Wednesday, June 19, 2024
Smart Phones

ROG Phone 8 Pro vs ROG Phone 7 Ultimate: parting ways


Intro

Asus’ ROG Phone 8 series departs from the typical style of its predecessors. For the first time ever, we have thin bezels all around, a focus on camera features, and an attempt to please the mainstream consumer. This is in stark contrast to the ROG Phone 7, which was the ultimate niche gaming phone, with the all-out aggressive style, big bezels to hold front-firing stereo speakers, and a shape that made it feel like a handheld console.Dedicated gamers may feel like they’d rather get last year’s ROG Phone 7 Ultimate instead of going for the ROG Phone 8 Pro. More casual users may wonder if the latter is worth dabbling into, now that it fits the orthodox smartphone mold a bit better. Both groups would be kind of right. Here’s how the new ROG Phone 8 Pro compares to last year’s beast of a ROG Phone 7 Ultimate.

ROG Phone 8 Pro vs ROG Phone 7 Ultimate differences explained:

Table of Contents:

Design and Display Quality

Two different beasts, but still beasts

So, the difference between the ROG Phone 8 and the ROG Phone 7 is very evident when you first lay eyes upon them. The new model has an all-around thin bezel, which is beautiful to look at, and has a selfie camera hole-punch in the display, which long-time fans of the brand hate (well, that’s not fair, many will probably not mind it too much).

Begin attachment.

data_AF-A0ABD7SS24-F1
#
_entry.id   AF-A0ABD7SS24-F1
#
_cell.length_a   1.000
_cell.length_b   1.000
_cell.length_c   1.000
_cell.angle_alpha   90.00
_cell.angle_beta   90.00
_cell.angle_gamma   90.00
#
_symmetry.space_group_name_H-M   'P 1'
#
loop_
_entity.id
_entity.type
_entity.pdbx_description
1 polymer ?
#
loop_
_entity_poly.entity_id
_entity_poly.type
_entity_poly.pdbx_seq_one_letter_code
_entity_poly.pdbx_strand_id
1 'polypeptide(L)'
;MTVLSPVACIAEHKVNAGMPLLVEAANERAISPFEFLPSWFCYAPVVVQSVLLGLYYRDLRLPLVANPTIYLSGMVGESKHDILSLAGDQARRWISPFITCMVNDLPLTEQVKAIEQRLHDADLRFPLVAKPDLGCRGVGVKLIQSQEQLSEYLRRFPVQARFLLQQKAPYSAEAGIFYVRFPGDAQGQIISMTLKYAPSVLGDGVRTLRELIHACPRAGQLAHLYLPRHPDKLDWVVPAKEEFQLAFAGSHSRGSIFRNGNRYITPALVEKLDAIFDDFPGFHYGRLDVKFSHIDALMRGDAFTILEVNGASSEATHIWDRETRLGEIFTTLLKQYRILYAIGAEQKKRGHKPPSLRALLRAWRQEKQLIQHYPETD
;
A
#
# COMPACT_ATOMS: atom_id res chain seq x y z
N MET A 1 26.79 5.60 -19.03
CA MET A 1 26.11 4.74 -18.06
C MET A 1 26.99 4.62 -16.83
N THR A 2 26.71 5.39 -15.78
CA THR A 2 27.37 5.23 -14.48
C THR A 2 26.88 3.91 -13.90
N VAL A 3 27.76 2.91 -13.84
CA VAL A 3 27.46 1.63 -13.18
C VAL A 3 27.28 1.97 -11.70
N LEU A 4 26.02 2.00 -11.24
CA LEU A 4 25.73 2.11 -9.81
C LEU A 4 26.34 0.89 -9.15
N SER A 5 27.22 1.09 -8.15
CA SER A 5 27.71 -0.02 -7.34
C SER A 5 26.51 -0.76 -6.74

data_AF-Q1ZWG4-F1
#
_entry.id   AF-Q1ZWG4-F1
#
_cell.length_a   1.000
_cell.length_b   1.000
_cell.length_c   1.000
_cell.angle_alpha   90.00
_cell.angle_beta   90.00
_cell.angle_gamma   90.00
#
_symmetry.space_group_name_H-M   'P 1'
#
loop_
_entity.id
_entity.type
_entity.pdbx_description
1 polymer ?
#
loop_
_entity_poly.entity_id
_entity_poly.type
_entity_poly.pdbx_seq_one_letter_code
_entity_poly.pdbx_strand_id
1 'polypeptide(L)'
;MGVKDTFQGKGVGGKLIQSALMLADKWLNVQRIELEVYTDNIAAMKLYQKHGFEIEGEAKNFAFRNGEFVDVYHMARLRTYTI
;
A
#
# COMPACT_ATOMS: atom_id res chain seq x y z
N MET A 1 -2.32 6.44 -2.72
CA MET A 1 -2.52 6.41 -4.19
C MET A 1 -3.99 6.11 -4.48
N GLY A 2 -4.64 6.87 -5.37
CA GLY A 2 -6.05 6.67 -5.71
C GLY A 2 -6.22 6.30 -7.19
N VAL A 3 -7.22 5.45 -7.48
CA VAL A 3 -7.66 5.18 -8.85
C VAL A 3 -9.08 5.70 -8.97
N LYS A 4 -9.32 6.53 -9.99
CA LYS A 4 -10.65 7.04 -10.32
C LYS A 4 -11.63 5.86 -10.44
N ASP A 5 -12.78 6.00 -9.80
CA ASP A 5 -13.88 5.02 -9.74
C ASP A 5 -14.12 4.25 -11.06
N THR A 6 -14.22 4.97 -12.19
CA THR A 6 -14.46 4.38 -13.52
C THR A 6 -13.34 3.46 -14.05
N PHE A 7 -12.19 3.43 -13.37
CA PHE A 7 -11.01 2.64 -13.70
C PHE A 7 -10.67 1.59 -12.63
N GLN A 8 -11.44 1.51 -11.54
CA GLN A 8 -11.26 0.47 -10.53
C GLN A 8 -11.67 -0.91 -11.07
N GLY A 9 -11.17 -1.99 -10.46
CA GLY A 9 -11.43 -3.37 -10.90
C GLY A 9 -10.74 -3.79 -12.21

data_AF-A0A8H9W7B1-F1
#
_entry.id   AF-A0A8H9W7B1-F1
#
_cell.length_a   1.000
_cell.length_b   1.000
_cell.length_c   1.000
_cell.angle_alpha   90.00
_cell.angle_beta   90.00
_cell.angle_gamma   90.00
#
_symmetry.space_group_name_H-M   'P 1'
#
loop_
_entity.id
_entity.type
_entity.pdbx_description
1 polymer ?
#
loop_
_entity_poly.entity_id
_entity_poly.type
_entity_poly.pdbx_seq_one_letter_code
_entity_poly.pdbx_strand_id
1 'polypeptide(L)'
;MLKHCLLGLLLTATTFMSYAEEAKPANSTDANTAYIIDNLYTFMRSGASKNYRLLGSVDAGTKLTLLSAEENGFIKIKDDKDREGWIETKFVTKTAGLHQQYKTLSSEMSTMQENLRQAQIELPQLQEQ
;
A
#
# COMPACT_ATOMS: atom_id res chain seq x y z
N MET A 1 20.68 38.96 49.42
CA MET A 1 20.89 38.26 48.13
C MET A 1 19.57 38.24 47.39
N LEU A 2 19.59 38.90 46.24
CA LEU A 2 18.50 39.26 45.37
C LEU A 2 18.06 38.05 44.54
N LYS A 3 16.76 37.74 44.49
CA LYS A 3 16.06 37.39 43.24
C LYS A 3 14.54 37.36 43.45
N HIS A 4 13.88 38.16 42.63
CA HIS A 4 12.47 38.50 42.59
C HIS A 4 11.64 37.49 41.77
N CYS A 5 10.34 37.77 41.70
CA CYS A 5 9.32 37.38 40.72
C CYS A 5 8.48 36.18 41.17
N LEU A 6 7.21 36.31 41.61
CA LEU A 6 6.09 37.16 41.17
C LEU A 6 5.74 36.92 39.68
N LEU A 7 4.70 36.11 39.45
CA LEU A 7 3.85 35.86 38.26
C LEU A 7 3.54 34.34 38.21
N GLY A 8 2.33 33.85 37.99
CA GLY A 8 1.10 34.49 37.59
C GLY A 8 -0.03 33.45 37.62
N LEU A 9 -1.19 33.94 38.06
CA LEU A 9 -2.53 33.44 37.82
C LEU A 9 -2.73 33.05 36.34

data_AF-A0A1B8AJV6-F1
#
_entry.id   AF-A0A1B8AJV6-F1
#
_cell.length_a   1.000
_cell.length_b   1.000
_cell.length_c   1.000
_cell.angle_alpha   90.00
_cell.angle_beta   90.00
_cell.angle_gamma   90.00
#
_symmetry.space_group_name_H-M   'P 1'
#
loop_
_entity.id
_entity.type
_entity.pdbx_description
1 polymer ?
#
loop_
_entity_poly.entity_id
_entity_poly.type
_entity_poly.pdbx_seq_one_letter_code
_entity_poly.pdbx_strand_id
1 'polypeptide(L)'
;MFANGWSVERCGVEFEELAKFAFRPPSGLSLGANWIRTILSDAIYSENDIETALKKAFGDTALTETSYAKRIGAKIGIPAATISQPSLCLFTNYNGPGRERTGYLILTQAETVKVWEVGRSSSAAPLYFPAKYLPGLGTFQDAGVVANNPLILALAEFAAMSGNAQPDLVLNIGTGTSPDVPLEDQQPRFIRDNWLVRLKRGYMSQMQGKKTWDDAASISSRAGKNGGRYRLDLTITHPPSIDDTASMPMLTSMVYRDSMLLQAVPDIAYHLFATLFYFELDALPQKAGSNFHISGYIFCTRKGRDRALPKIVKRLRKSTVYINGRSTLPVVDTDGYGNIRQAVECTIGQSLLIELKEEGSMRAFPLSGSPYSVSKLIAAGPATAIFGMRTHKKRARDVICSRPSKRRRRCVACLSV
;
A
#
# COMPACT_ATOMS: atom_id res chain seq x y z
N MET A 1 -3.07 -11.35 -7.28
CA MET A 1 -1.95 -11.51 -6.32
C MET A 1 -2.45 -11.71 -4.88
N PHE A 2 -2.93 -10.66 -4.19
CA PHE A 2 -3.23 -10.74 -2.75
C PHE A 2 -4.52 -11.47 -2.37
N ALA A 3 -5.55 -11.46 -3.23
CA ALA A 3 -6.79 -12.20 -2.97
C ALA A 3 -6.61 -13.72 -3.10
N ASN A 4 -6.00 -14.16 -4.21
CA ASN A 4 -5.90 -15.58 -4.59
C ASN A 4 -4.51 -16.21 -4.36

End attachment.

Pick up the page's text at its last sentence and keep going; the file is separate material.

The ROG Phone 7 Ultimate is heavier and bigger, with its top and bottom bezels, but it’s more comfortable to hold and game on horizontally. That elongated design helps you place your fingers right about where the ultrasonic gaming triggers are. On the ROG Phone 8, these triggers are way too close to the edge of the frame, so you need to awkwardly curl up your index fingers to game. Not impossible, possibly can get used to it, but not as comfortable as the ROG Phone 7.

The ROG Phone 8 comes in a stealthy black color — matte glass back, very subtle accents to remind you that it’s a gamer device. The Pro Edition version, which we have here, has an LED matrix, which shows cool little white icons on the back — it can be turned off and completely disappears under the glass. The normal and Pro models have the RGB logo light, which can also be off.

In contrast, the ROG Phone 7 Ultimate is all white and very evidently a “techy” phone, with plenty of streaks, strikes, and accents. It has a mini screen on the back, which can show flashy colorful animations (customizable), and the non-Ultimate also has the same RGB logo. The Ultimate also has the AeroActive Portal — a little flap that opens when you connect the AeroActive Cooler 7 accessory, so it cools the processor with a direct airflow more effectively. Still, the ROG Phone 7 Ultimate has an IP54 rating — limited dust and water sprays protection. In comparison, the ROG Phone 8 Pro has no flap and achieved IP68 for dust-resistance and submersion protection.

Still, both phones have bottom- and side-mounted USB C ports so you can charge from either side (when gaming, you can get pass-through charge to spare the battery). Each has their respective AeroActive Cooler — an external fan that adds physical buttons for even more comfortable gaming. The ROG Phone 8‘s AeroActive Cooler X is smaller than before and comes with 2 buttons. The ROG Phone 7’s AeroActive Cooler 7 has 4 buttons and an integrated subwoofer, which makes the phone sound truly awesome. These coolers come in the box with the most expensive version of each respective phone. Otherwise, you can buy them separately.

Speaking of what’s in the box — you get the phone, a thin wireframe case, the 65 W charger, and a high-quality USB C cable with these phones.